Two weeks ago, the protester’s camp in Vienna, the LobauCamp, was torn down by Viennese authorities and the protesters were evicted, with several taken temporarily into police custody.
Isabell Eckl, and activist from the LobauBleibt, was at the ‘Die In’ event.
She says the protest efforts to curb traffic must continue. “When you look around in Vienna, you see cars everywhere,” she told me. “I think about how much time I spend during the day waiting at pedestrian crossings, waiting until the light finally goes green for pedestrians. I think about how many toxic pollutants I breathe in. And it is just not necessary in a city. We need a change of direction for mobility in the city. There are so many alternatives.”
Let’s measure vehicle emissions by Daniel Bressler’s equation: His calculations show that adding 1 million metric tons to the 2020 baseline emissions would kill 226 people. Those 1 million tons equal the yearly emissions of 216,000 passenger vehicles; so reducing private car travel here in Austria would potentially mean saving the life of someone elsewhere on our shared planet.
It’s about „solidarity“
This week, following up on our climate justice episode, I followed the advice of campaigner and Der Standard commentator Manuel Grebenjak and contacted on of the great authorities on the subject; Prof Saleemul Huq. He’s the director of the International Centre for Climate Change and Development (ICCCAD) and is from one of the country’s most impacted by the climate crisis. A recent World Bank report predicted that the country will have 19.9 million internal climate refugees by 2050, driven from their homes by rising seas, flooding, salination of soil and increased cyclone activity.
He says that, for now, we should get away from terms such as “liability” which have been decreed “toxic” by rich western states led by the USA. Instead he suggests we think in terms of common human decency. He likes the term “solidarity.” When thousands of Germans were hit by floods last summer, it seemed logical that the German government should help the logistically and financially.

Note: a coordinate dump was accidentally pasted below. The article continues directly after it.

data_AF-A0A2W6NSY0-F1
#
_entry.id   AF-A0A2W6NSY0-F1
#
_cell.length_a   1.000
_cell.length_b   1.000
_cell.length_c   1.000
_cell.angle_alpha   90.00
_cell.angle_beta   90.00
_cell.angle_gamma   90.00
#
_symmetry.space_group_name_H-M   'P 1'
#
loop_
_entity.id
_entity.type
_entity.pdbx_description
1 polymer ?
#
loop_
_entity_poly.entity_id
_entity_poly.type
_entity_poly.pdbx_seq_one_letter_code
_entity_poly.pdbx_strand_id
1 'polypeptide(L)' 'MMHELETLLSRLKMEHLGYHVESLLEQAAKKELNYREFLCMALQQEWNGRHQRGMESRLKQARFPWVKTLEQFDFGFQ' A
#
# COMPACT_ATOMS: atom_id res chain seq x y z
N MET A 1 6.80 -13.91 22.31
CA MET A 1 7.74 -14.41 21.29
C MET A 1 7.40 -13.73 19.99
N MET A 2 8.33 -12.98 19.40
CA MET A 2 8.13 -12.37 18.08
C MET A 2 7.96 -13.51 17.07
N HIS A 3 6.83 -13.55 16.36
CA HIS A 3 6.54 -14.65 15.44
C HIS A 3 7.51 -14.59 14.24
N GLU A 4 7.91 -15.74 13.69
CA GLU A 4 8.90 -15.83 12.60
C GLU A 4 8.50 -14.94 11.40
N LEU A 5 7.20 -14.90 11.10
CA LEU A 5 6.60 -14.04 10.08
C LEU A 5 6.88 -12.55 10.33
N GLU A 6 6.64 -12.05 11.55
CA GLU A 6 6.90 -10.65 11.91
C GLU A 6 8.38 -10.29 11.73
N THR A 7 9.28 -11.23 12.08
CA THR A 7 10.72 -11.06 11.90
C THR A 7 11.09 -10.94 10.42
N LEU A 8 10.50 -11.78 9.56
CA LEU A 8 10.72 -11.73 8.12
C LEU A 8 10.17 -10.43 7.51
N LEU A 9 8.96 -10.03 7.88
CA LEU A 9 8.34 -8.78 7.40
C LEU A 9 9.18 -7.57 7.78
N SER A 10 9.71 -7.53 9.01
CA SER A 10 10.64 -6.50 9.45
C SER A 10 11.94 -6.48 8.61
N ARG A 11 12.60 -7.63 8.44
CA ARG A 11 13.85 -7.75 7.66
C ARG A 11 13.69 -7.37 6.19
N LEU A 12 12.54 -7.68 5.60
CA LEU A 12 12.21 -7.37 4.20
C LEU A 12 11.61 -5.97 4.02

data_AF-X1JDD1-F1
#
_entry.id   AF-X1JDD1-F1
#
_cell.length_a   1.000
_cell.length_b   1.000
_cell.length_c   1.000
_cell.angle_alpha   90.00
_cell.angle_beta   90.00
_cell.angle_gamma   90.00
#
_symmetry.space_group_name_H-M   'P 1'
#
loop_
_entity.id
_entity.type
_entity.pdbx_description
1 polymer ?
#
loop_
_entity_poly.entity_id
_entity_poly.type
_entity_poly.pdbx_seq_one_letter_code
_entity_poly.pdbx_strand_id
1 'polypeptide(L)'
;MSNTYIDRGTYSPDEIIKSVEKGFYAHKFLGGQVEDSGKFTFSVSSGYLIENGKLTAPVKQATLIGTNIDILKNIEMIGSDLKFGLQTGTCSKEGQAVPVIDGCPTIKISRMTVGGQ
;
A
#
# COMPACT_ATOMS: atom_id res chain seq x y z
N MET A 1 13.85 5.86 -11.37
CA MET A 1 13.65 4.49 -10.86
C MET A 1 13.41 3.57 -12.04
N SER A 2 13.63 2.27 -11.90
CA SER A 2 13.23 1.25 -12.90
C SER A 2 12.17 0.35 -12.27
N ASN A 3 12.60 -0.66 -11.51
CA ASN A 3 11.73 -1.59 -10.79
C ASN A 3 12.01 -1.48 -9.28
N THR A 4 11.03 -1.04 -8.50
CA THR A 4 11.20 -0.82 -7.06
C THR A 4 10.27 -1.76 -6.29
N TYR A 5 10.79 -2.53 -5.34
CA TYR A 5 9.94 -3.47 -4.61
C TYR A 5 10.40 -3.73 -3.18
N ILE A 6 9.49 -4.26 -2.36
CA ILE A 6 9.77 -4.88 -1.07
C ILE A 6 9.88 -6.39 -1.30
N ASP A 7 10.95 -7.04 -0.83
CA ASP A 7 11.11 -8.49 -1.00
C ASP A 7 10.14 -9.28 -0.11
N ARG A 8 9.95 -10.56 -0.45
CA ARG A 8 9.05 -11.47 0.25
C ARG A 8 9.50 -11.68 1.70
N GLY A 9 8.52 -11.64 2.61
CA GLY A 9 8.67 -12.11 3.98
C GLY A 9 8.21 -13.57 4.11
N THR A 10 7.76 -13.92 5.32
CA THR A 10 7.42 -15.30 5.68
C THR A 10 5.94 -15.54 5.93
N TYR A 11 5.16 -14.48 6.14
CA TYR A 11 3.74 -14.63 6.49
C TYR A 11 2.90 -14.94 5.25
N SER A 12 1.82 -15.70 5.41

The Social Cost of Carbon
Why can’t we expand that sense of solidarity to a global scale? If building new roads or airport runways is killing people somewhere else on the planet, don’t we have an obligation to rethink that project?
It all comes down to the social cost of carbon. The figure might be just an estimate but is asks the essential question: what would we do and what would we pay to save a life?
Daniel Bressler’s data suggests that emissions from a single coal-fired power plant are likely to result in more than 900 deaths. Should the government that allows a new coal power plant to be opened have those 900 deaths on its conscience? Is opening a solar farm a life-saving policy?
Social Inequality in Austria
But, importantly, this question of social cost is local as well as global. If someone drives into Vienna from the countryside every day in a giant SUV, that driver might not suffer directly from the pollution he or she causes.
The carbon impact will come further down the line and hit over-heated concrete inner-city areas more than the green countryside. But the people who are less wealthy, even here in Austria, will be hardest hit by that behaviour, argues Fridays For Future activist Daniel Shams.
“Rich people will have less impact because they can adapt. For example, by buying air condition units,” he told me. “but the real victims are the people in Vienna, for example, who live close to the Gürtel highway and have a lower socioeconomic standing.”
It’s about us. All of us.
The climate crisis is about melting ice-sheets, stranded polar bears and ravaged forests. But it also about us; how we value each other’s well-being and whether or not we believe in solidarity.
Publiziert am 11.02.2022